Research shows that what children drink – from birth through age 5 – can have a big impact on their health, as beverages make a significant contribution to dietary intake during this period. However, with so many choices available in the marketplace, it can be confusing for parents and caregivers to know which drinks are healthy and which ones to avoid. Many authoritative bodies have issued guidance and recommendations for healthy beverage intake, but important gaps exist as these recommendations have not been comprehensive in the age groups covered or in the types of beverages discussed. Given the importance of beverage consumption in early childhood and the need for comprehensive and consistent evidence-based recommendations, Healthy Eating Research convened an expert panel representing 4 key national health and nutrition organizations to develop comprehensive recommendations for beverage consumption consistent with a healthy diet for children from birth to age 5. The 4 organizations represented on the expert panel are (in alphabetical order) the Academy of Nutrition and Dietetics, the American Academy of Pediatric Dentistry, the American Academy of Pediatrics, and the American Heart Association. The beverage recommendations put forward by this expert panel are based on the best available evidence and provide consistent messages that can be used by health care providers, public health practitioners, and parents and caregivers to improve the beverage intake patterns of infants and young children. This technical report provides detailed information about the recommendations development process and why certain beverages are or are not healthy for young children.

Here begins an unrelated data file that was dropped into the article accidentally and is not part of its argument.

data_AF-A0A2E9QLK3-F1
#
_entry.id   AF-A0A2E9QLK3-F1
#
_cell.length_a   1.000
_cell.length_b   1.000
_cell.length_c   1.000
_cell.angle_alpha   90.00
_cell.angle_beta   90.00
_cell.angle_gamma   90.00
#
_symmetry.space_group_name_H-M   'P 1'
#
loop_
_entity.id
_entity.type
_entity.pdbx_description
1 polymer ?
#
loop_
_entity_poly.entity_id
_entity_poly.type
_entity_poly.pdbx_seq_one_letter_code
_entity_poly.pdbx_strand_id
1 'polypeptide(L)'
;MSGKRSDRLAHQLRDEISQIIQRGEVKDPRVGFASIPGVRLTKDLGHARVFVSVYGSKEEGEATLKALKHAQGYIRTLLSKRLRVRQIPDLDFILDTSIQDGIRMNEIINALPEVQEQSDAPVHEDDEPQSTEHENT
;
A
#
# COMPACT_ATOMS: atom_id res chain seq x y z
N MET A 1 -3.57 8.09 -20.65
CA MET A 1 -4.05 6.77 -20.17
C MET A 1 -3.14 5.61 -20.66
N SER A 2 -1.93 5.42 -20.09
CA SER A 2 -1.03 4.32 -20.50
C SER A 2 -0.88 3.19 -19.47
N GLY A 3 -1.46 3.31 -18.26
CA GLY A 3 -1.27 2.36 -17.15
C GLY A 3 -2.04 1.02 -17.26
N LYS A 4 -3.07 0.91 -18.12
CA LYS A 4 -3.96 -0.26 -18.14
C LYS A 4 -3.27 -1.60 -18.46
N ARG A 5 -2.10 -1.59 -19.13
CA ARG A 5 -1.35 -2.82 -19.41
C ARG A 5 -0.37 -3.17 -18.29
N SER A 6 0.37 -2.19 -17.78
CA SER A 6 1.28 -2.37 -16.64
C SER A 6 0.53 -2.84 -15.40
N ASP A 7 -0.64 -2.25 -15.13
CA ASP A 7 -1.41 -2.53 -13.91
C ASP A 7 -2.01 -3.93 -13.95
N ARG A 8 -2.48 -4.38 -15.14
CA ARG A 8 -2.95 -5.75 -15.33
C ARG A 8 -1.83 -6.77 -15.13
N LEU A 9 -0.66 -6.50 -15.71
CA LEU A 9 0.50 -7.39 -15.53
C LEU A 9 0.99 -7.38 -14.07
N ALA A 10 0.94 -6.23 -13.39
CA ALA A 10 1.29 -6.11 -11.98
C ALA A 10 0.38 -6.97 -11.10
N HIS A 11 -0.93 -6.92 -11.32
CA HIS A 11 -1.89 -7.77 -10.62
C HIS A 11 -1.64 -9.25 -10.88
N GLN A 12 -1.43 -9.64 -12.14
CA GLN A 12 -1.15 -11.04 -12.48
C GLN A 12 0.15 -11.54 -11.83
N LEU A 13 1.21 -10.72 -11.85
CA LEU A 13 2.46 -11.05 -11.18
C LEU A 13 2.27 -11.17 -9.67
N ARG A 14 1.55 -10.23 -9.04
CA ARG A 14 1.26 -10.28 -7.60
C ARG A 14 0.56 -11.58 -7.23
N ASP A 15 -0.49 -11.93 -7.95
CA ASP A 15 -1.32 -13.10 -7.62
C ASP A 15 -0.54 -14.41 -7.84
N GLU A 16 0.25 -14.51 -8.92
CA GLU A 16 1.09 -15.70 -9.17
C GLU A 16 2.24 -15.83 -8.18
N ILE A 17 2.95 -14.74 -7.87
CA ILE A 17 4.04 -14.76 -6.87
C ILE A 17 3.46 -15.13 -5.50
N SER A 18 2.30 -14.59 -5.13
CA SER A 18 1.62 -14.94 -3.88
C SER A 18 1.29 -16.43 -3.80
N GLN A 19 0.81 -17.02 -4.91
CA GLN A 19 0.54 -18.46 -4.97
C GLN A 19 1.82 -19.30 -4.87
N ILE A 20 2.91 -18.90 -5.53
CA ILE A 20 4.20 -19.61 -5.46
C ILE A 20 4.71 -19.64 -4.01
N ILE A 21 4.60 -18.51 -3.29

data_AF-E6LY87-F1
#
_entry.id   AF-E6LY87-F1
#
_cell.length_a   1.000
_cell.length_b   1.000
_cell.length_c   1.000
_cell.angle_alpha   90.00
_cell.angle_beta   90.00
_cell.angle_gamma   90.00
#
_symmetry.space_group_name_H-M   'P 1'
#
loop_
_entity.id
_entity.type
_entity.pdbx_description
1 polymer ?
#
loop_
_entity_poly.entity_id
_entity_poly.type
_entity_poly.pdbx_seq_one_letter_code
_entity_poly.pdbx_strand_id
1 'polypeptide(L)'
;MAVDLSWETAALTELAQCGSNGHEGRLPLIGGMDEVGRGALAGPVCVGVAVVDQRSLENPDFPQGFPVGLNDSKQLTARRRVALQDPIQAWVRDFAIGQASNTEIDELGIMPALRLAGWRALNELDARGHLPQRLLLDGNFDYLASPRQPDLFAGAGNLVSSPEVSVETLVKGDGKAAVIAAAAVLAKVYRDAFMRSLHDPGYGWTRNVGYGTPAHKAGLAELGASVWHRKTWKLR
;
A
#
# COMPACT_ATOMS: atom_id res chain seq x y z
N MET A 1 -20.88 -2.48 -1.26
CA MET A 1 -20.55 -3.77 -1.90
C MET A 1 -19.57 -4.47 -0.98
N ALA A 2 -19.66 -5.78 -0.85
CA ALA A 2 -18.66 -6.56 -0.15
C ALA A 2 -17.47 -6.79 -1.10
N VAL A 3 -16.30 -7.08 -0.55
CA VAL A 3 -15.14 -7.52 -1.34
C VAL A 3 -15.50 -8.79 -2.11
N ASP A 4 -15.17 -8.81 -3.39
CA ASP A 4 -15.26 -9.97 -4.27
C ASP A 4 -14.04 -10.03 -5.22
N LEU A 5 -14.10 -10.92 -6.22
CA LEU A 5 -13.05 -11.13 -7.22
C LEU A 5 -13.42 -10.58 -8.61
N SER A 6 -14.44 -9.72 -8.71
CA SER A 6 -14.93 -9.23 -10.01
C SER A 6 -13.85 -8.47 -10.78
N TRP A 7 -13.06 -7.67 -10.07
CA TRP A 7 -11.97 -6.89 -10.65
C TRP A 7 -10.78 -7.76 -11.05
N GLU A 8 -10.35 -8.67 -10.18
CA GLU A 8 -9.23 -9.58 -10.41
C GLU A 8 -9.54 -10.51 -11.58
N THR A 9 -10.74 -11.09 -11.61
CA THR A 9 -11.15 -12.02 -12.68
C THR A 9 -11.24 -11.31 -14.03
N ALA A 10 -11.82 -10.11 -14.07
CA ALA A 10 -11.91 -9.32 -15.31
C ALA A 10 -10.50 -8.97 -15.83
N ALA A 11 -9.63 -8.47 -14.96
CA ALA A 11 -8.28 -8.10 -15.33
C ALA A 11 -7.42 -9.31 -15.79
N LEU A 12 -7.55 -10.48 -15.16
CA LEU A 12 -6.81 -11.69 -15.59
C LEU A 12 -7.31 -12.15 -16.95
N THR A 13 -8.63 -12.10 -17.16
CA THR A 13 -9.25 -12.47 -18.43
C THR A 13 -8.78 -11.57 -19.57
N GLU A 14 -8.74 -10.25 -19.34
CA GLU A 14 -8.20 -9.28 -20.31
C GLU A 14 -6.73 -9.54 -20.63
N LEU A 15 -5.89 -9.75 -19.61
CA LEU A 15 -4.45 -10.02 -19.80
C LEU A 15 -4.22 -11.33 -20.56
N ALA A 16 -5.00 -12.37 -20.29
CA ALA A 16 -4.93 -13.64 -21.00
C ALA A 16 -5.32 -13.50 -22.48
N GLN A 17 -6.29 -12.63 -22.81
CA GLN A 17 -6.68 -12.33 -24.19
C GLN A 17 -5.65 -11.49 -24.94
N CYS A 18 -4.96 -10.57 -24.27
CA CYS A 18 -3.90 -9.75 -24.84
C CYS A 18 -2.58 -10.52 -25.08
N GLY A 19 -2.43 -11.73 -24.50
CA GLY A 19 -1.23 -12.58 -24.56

Technical Scientific Report. Healthy Beverage Consumption in Early Childhood: Recommendations from Key National Health and Nutrition Organizations
Consensus Statement. Healthy Beverage Consumption in Early Childhood: Recommendations from Key National Health and Nutrition Organizations
Research shows that what children drink – from birth through age 5 – can have a big impact on their health, as beverages make a significant contribution to dietary intake during this period. However, with so many choices available in the marketplace, it can be confusing for parents and caregivers … More
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Effect of a Home-Visiting Intervention to Reduce Early Childhood Obesity Among Native American Children
The objective of this study was to assess the impact of a brief home-visiting approach, Family Spirit Nurture (FSN), on sugar-sweetened beverage (SSB) consumption, responsive parenting and infant feeding practices, and optimal growth through 12 months post partum. This study was a 1:1 randomized clinical trial comparing FSN with an … More